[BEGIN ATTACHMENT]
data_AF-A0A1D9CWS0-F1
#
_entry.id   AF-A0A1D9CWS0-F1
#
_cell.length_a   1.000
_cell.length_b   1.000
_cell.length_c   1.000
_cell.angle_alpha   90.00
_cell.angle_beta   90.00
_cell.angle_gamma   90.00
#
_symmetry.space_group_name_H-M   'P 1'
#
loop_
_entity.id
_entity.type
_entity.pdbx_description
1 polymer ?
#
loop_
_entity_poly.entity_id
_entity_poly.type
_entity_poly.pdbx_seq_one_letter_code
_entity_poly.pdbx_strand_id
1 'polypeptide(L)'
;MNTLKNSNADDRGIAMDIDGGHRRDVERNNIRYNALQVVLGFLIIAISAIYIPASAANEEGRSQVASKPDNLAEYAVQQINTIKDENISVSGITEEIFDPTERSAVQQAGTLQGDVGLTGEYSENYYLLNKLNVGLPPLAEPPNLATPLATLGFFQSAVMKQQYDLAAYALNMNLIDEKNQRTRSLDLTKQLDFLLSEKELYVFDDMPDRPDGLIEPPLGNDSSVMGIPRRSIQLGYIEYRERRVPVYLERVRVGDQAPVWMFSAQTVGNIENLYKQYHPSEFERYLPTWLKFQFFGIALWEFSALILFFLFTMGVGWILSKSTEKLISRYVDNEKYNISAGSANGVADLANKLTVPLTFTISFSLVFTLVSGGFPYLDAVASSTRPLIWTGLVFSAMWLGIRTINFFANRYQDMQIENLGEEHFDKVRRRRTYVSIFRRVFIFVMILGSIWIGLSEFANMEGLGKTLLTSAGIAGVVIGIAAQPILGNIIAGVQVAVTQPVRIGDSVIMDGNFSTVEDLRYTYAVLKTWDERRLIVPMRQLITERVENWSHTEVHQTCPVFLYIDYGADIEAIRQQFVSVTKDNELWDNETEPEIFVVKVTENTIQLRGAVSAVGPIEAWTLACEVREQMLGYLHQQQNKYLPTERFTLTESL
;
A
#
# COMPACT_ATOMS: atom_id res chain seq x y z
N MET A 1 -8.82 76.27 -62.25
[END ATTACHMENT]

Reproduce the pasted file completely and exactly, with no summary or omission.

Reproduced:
data_AF-A0A1D9CWS0-F1
#
_entry.id   AF-A0A1D9CWS0-F1
#
_cell.length_a   1.000
_cell.length_b   1.000
_cell.length_c   1.000
_cell.angle_alpha   90.00
_cell.angle_beta   90.00
_cell.angle_gamma   90.00
#
_symmetry.space_group_name_H-M   'P 1'
#
loop_
_entity.id
_entity.type
_entity.pdbx_description
1 polymer ?
#
loop_
_entity_poly.entity_id
_entity_poly.type
_entity_poly.pdbx_seq_one_letter_code
_entity_poly.pdbx_strand_id
1 'polypeptide(L)'
;MNTLKNSNADDRGIAMDIDGGHRRDVERNNIRYNALQVVLGFLIIAISAIYIPASAANEEGRSQVASKPDNLAEYAVQQINTIKDENISVSGITEEIFDPTERSAVQQAGTLQGDVGLTGEYSENYYLLNKLNVGLPPLAEPPNLATPLATLGFFQSAVMKQQYDLAAYALNMNLIDEKNQRTRSLDLTKQLDFLLSEKELYVFDDMPDRPDGLIEPPLGNDSSVMGIPRRSIQLGYIEYRERRVPVYLERVRVGDQAPVWMFSAQTVGNIENLYKQYHPSEFERYLPTWLKFQFFGIALWEFSALILFFLFTMGVGWILSKSTEKLISRYVDNEKYNISAGSANGVADLANKLTVPLTFTISFSLVFTLVSGGFPYLDAVASSTRPLIWTGLVFSAMWLGIRTINFFANRYQDMQIENLGEEHFDKVRRRRTYVSIFRRVFIFVMILGSIWIGLSEFANMEGLGKTLLTSAGIAGVVIGIAAQPILGNIIAGVQVAVTQPVRIGDSVIMDGNFSTVEDLRYTYAVLKTWDERRLIVPMRQLITERVENWSHTEVHQTCPVFLYIDYGADIEAIRQQFVSVTKDNELWDNETEPEIFVVKVTENTIQLRGAVSAVGPIEAWTLACEVREQMLGYLHQQQNKYLPTERFTLTESL
;
A
#
# COMPACT_ATOMS: atom_id res chain seq x y z
N MET A 1 -8.82 76.27 -62.25